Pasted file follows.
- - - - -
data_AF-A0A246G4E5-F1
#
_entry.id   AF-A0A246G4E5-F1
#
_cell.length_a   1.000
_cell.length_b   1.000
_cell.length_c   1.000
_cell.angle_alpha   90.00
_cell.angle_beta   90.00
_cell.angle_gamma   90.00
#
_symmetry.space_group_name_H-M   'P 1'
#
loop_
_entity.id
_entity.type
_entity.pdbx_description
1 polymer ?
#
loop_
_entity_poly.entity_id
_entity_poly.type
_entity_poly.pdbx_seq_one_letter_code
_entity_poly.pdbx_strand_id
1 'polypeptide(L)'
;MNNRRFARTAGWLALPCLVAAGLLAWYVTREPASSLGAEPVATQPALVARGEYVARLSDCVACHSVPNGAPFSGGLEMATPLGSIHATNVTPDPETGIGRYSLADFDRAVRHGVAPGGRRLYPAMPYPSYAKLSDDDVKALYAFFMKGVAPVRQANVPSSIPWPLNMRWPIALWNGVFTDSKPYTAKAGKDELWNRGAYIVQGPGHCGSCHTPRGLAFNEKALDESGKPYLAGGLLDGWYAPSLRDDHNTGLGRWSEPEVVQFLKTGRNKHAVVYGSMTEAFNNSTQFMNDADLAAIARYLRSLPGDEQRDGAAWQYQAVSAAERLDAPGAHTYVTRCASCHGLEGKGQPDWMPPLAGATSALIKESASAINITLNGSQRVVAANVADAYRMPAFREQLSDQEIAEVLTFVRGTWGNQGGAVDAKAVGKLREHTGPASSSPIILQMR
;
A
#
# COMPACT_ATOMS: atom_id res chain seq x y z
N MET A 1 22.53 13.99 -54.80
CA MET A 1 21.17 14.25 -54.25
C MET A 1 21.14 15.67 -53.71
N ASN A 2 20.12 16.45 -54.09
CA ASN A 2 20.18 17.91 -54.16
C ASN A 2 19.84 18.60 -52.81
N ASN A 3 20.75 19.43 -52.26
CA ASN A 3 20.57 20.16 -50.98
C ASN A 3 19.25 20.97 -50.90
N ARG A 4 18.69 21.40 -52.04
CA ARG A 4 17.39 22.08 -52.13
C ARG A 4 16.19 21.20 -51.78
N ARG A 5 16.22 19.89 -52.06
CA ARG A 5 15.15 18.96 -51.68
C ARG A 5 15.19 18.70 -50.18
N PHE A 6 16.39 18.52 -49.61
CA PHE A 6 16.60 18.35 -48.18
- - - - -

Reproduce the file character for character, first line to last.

data_AF-A0A246G4E5-F1
#
_entry.id   AF-A0A246G4E5-F1
#
_cell.length_a   1.000
_cell.length_b   1.000
_cell.length_c   1.000
_cell.angle_alpha   90.00
_cell.angle_beta   90.00
_cell.angle_gamma   90.00
#
_symmetry.space_group_name_H-M   'P 1'
#
loop_
_entity.id
_entity.type
_entity.pdbx_description
1 polymer ?
#
loop_
_entity_poly.entity_id
_entity_poly.type
_entity_poly.pdbx_seq_one_letter_code
_entity_poly.pdbx_strand_id
1 'polypeptide(L)'
;MNNRRFARTAGWLALPCLVAAGLLAWYVTREPASSLGAEPVATQPALVARGEYVARLSDCVACHSVPNGAPFSGGLEMATPLGSIHATNVTPDPETGIGRYSLADFDRAVRHGVAPGGRRLYPAMPYPSYAKLSDDDVKALYAFFMKGVAPVRQANVPSSIPWPLNMRWPIALWNGVFTDSKPYTAKAGKDELWNRGAYIVQGPGHCGSCHTPRGLAFNEKALDESGKPYLAGGLLDGWYAPSLRDDHNTGLGRWSEPEVVQFLKTGRNKHAVVYGSMTEAFNNSTQFMNDADLAAIARYLRSLPGDEQRDGAAWQYQAVSAAERLDAPGAHTYVTRCASCHGLEGKGQPDWMPPLAGATSALIKESASAINITLNGSQRVVAANVADAYRMPAFREQLSDQEIAEVLTFVRGTWGNQGGAVDAKAVGKLREHTGPASSSPIILQMR
;
A
#
# COMPACT_ATOMS: atom_id res chain seq x y z
N MET A 1 22.53 13.99 -54.80
CA MET A 1 21.17 14.25 -54.25
C MET A 1 21.14 15.67 -53.71
N ASN A 2 20.12 16.45 -54.09
CA ASN A 2 20.18 17.91 -54.16
C ASN A 2 19.84 18.60 -52.81
N ASN A 3 20.75 19.43 -52.26
CA ASN A 3 20.57 20.16 -50.98
C ASN A 3 19.25 20.97 -50.90
N ARG A 4 18.69 21.40 -52.04
CA ARG A 4 17.39 22.08 -52.13
C ARG A 4 16.19 21.20 -51.78
N ARG A 5 16.22 19.89 -52.06
CA ARG A 5 15.15 18.96 -51.68
C ARG A 5 15.19 18.70 -50.18
N PHE A 6 16.39 18.52 -49.61
CA PHE A 6 16.60 18.35 -48.18